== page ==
## Mains frequency

Due to historical developments, a mains frequency of 50 Hz is used in Europe, Asia, Australia, most of Africa and parts of South America, while a mains frequency of 60 Hz has become established for the public power grids in North America. The specification of the mains frequency is necessary for the selection of the electric drive. For pumps that are operated with single-phase or three-phase motors without a frequency converter, the synchronous motor speed changes in the same ratio as the frequencies, i.e. from 50 to 60 Hz by a factor of 1.2. In accordance with the affinity laws, this also changes the pump’s performance data. A frequency converter is often used to adapt the performance data to the operating point. The electrical energy drawn at the mains frequency is converted into a voltage with a different frequency in order to change the motor speed.

## Speed – Affinity Laws

The following applies: 1. Model law 2. Model law 3. Model law Q – flow rate H – delivery head P – power consumption n – speed The indices relate to the respective speed. The affinity laws apply exactly to frictionless, incompressible flows. For technical applications, they are to be regarded as an approximate solution. In general, these affinity laws are independent of how the speed change is technically implemented. Traditionally, multi-speed functions of small and medium size pumps are realized by changing the motor windings configurations to achieve stepped speed variations. Meanwhile, these have been largely replaced by frequency converters. Slow-running electric drives are very expensive for larger centrifugal pumps, so that reduction gears are used for these cases. Combustion engines are used for some mobile applications. They are also variable in speed within a specified range.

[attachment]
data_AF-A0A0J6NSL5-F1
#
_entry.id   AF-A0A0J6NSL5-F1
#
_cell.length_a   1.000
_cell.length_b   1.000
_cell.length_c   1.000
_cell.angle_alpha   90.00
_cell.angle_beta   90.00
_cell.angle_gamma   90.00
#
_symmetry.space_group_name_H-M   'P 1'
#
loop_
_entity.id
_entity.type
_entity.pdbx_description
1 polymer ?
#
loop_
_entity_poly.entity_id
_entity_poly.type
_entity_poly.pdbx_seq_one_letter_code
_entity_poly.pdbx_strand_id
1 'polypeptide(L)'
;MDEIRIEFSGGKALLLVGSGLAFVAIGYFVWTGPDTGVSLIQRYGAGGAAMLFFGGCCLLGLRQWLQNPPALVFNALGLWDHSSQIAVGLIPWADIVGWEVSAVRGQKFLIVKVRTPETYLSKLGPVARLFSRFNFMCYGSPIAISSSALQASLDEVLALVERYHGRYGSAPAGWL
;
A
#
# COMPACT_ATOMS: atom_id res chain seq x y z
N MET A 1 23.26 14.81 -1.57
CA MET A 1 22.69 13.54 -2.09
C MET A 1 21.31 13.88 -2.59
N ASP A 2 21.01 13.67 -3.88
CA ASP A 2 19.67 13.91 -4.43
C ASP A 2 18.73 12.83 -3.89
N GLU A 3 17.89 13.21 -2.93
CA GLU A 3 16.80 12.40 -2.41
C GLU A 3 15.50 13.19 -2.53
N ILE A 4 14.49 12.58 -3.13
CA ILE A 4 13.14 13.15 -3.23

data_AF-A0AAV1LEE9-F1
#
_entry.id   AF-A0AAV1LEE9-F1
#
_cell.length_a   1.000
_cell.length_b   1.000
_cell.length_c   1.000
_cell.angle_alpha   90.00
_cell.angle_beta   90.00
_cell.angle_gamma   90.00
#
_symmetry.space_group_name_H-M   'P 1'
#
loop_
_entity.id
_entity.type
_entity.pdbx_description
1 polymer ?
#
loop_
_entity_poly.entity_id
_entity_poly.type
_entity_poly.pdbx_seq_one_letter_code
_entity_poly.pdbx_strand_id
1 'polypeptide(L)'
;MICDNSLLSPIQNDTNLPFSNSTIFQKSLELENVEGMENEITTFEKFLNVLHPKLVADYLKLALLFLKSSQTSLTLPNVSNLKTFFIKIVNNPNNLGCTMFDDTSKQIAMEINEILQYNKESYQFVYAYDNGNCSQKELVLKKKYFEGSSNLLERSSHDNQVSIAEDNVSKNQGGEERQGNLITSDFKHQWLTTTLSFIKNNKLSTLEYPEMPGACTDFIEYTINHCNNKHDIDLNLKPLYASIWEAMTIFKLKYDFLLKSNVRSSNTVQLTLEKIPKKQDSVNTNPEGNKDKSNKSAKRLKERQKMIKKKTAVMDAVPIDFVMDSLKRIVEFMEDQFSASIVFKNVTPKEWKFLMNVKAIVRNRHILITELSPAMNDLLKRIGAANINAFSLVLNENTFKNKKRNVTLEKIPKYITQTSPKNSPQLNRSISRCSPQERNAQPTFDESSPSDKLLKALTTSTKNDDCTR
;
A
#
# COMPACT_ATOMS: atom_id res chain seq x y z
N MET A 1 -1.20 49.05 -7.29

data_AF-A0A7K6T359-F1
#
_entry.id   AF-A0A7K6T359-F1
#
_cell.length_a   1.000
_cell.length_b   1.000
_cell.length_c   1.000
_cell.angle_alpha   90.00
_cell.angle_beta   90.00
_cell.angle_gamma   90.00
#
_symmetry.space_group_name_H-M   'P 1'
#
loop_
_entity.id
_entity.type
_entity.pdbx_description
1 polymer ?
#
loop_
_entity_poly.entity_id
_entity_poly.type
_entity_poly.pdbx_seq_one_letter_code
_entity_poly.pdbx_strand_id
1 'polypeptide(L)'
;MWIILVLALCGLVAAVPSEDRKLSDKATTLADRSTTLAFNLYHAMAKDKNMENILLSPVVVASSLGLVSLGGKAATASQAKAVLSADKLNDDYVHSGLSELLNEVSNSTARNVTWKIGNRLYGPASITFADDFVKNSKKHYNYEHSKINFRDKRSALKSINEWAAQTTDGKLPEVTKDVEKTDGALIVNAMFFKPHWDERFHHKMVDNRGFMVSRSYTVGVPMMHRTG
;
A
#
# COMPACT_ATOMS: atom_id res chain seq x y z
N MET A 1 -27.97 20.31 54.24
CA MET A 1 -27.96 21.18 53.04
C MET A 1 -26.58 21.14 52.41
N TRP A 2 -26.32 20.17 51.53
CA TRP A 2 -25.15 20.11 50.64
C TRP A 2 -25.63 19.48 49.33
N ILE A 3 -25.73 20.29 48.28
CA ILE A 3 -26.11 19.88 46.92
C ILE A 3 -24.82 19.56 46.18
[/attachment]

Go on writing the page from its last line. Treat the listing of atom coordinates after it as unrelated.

## Duty Point

The point is composed of the volume flow Q and the flow rate H. To calculate the design point, the required volume flow (flow rate of the pump) is first determined. Depending on the application, this can depend on various variables (e.g. heat requirement for heating systems, volume of wastewater produced, etc.). The calculated volume flow is then used to determine the frictional losses of the pipeline, which together with the static head then gives the total head of the pump. If a minimum flow velocity is specified for the application and this is not reached for the calculated flow rate, the rated flow rate is adjusted so that the minimum flow velocity is reached. The pump then runs in off mode (intermittent). The duty point of the system is the required operating point for the pump selection. The standard pumps usually have a deviation between the desired duty point and the actual operating point. The permissible deviation depends on the field of application and is partly regulated by applicable standards. With speed-controlled pumps, the speed of the pump is modified so that the set operating point is approached exactly. Especially in systems that are operated in different load conditions (e.g. heating system), this enables efficient operation. Depending on the design of the pump, there are further possibilities for adapting the pump performance curve to the duty point. In addition to changing the speed, the following methods are widely used:
• Impeller trimming
• Blade angle adjustment for axial flow pumps
• Throttling
• Bypass